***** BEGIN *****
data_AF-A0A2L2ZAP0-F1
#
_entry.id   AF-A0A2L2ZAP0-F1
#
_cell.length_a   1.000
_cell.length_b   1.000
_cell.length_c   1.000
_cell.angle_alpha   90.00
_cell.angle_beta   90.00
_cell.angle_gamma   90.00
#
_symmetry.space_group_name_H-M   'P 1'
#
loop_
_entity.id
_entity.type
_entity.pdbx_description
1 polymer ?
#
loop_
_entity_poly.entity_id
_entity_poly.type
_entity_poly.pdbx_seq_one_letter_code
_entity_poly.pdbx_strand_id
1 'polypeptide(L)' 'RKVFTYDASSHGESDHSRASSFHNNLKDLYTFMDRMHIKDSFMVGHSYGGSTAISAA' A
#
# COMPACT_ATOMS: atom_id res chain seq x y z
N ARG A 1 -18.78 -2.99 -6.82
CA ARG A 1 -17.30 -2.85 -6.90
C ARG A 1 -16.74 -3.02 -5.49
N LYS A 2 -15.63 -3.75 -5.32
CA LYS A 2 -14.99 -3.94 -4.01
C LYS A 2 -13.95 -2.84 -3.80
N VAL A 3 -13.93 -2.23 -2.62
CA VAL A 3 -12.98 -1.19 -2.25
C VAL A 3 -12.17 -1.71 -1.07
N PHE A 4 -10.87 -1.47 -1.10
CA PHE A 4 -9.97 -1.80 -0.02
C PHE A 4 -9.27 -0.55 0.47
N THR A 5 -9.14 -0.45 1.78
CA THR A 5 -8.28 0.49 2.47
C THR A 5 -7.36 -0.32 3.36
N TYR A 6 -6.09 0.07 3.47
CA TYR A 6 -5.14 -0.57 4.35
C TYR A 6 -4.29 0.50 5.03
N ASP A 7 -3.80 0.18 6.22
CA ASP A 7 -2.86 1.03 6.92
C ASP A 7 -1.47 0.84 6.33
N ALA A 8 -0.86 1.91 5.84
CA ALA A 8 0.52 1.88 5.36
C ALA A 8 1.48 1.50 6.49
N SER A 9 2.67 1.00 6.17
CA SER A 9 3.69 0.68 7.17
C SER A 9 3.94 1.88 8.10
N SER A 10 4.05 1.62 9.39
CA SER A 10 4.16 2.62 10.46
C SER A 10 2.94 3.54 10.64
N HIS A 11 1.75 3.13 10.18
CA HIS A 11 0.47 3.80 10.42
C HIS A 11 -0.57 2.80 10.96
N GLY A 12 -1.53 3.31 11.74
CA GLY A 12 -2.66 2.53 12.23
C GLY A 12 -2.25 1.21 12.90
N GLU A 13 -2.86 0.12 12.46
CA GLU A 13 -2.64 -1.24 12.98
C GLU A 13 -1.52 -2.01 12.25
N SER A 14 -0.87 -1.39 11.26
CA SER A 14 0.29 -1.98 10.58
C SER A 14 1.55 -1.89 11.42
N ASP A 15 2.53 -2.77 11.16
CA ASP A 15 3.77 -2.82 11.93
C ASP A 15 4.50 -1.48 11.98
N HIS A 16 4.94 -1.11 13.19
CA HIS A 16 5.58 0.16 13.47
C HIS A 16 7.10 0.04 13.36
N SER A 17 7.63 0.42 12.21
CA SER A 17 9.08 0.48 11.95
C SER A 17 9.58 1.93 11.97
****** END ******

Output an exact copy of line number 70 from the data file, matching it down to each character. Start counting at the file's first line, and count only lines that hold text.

N ASP A 15 2.53 -2.77 11.16